Brain tests rule out Karnal boy suffered any trauma
Brain tests conducted on the kindergarten student Pankaj in January, died under mysterious circumstances at his residence, were found to be normal. Vishal Joshi reports.india Updated: Feb 22, 2012 18:25 IST
Brain tests conducted on the kindergarten student Pankaj in January, died under mysterious circumstances at his residence, were found to be normal.
The 7-year-old Pankaj had died at his residence in Gandhi Gram locality of Bal Rangran village, about 32 kms from here, on Sundat night.
Though the father Jaivir Singh had given in writing to the police that no one responsible for the death but in their media interviews Jaivir’s elder brother and elderly mother repeatedly blamed the Rajkul Senior Secondary School management for the “untimely” death.
Though allegations of “punishment that traumatized Pankaj and died due to the ordeal” were made against the school since Monday morning but no formal complaint was lodged with the police or the district administration.
Also, the family refused to conduct the postmortem and body was cremated on Monday evening in the presence of the entire village.
The alleged incident of a school teacher locked the KG student in a room took place on December 27 but till date no complaint was reportedly made by the deceased’s family to the school administration, village panchayat or the district authorities.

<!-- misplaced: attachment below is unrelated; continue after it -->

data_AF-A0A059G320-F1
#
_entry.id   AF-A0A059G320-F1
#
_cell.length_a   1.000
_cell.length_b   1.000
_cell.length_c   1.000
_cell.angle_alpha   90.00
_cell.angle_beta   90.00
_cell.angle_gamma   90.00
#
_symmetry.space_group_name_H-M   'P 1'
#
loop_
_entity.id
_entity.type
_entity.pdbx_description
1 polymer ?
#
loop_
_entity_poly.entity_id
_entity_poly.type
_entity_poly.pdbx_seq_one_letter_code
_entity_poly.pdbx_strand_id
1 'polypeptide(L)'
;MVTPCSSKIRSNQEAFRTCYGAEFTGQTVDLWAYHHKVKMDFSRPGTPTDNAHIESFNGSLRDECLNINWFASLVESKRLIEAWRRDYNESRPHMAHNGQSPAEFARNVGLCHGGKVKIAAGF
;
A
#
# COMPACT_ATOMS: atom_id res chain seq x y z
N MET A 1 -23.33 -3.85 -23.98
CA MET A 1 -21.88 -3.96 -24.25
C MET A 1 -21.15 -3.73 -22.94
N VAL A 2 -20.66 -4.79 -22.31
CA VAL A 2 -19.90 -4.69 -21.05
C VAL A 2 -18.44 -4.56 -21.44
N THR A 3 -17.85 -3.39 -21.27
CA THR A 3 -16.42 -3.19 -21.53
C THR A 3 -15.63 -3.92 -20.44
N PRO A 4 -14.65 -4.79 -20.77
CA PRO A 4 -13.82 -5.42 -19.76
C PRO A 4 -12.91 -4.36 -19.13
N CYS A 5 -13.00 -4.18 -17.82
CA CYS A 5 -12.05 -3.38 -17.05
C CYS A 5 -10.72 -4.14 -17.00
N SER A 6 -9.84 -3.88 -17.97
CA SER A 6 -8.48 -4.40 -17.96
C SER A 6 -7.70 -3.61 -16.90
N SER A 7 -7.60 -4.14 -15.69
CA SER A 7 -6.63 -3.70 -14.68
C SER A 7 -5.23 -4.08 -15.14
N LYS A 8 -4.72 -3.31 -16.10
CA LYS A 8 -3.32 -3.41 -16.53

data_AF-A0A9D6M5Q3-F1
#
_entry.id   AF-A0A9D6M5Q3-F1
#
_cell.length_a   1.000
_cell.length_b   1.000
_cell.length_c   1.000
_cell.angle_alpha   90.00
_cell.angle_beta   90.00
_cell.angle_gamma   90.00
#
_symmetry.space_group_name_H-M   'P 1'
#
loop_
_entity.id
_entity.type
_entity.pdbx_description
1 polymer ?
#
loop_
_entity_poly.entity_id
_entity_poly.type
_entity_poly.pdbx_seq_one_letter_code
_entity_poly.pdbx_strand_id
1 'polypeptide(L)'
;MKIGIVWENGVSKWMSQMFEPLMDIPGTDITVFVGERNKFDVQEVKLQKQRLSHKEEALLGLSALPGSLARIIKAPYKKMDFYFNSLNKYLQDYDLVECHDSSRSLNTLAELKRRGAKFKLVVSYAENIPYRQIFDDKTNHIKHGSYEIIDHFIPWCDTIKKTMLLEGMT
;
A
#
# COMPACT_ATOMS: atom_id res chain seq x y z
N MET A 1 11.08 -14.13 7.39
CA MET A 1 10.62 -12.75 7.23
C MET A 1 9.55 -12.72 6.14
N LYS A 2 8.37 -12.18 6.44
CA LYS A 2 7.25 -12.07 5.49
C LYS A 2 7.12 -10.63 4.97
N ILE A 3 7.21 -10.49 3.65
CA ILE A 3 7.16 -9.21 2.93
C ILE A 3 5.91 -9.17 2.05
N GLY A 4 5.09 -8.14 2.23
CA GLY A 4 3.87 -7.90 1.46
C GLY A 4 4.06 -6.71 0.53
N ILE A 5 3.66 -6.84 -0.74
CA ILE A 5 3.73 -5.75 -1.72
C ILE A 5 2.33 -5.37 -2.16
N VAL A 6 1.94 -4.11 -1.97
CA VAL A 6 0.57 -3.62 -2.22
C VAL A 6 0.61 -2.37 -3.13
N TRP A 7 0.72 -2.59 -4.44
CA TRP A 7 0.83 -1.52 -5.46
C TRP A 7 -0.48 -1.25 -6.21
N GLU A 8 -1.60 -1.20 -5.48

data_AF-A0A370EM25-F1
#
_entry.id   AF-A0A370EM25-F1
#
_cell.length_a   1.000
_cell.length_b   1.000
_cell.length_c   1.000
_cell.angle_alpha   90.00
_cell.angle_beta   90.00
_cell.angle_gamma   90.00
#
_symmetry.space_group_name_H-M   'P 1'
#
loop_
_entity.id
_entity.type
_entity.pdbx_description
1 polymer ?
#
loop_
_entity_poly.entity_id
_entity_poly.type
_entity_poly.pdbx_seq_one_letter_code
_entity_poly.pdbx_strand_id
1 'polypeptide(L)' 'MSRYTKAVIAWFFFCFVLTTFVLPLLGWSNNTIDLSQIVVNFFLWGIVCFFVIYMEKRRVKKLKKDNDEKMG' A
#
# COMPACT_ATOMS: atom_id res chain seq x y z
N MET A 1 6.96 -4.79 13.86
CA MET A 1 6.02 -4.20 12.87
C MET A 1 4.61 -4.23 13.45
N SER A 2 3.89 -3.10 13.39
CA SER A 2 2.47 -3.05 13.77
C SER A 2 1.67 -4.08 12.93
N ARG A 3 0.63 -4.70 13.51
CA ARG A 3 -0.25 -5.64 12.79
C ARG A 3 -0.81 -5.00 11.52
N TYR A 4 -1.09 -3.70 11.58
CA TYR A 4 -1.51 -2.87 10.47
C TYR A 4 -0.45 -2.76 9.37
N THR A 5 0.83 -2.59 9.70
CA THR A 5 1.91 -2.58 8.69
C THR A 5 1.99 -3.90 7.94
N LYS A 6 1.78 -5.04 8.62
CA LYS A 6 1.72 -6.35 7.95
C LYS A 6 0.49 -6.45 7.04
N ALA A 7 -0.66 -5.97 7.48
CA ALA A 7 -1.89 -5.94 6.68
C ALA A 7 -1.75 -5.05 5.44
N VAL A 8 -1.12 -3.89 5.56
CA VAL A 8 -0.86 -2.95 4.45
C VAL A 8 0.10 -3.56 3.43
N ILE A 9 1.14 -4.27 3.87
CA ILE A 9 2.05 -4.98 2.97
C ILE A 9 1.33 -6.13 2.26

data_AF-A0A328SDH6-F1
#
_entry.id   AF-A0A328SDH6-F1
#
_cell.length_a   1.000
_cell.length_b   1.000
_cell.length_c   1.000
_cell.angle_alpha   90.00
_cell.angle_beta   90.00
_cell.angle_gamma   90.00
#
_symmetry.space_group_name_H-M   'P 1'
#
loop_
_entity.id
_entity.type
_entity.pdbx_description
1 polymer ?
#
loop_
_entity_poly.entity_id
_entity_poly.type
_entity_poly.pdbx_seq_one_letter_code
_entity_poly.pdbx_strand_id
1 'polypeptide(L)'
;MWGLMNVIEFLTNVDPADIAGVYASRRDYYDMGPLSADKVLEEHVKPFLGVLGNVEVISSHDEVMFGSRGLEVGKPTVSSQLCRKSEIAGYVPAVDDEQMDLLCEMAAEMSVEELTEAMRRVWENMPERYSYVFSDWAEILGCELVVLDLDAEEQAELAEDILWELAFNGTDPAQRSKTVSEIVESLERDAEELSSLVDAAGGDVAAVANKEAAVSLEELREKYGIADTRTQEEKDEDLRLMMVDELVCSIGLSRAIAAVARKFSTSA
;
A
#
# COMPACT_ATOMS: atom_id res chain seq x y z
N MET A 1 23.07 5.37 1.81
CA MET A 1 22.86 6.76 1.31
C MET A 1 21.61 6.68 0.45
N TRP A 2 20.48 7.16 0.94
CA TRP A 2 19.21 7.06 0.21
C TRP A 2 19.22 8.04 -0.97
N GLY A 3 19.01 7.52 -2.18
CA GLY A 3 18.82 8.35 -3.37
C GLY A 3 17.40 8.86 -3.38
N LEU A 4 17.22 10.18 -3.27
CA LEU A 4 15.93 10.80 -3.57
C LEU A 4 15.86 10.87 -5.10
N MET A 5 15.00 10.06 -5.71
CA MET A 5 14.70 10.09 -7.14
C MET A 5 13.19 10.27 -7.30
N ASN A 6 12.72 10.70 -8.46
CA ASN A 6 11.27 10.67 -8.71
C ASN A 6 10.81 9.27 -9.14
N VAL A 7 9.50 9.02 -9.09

However, Pankaj’s medical reports accessed by Hindustan Times revealed that CT scan and MRI tests conducted sometime in January were reported normal.
Conclusions of the earlier bran tests are noted in the patient’s record at the Arpana Charitable Hospital, near Karnal.
Doctors said that the brain test reports rule out any sign of trauma. Pankaj was taken to the Arpana hospital on February 6 evening and he was reportedly unconscious at that time.
He was discharged from on February 12.
The patient was diagnosed with suffering from subacute sclerosing panencephalitis (SSPE), a brain disorder related to measles infection. Doctors at the Arpana Hospital said that the SSPE is a rare and fatal disease.
Samples were taken on January 30 on the reference of Kalawati Saran Children’s Hospital, New Delhi and report confirming measles was reported on February 8.
The test was conducted at the prestigious National Center for Disease Control, New Delhi.
Doctors who attended the patient said Pankaj was probably not immunized against measles.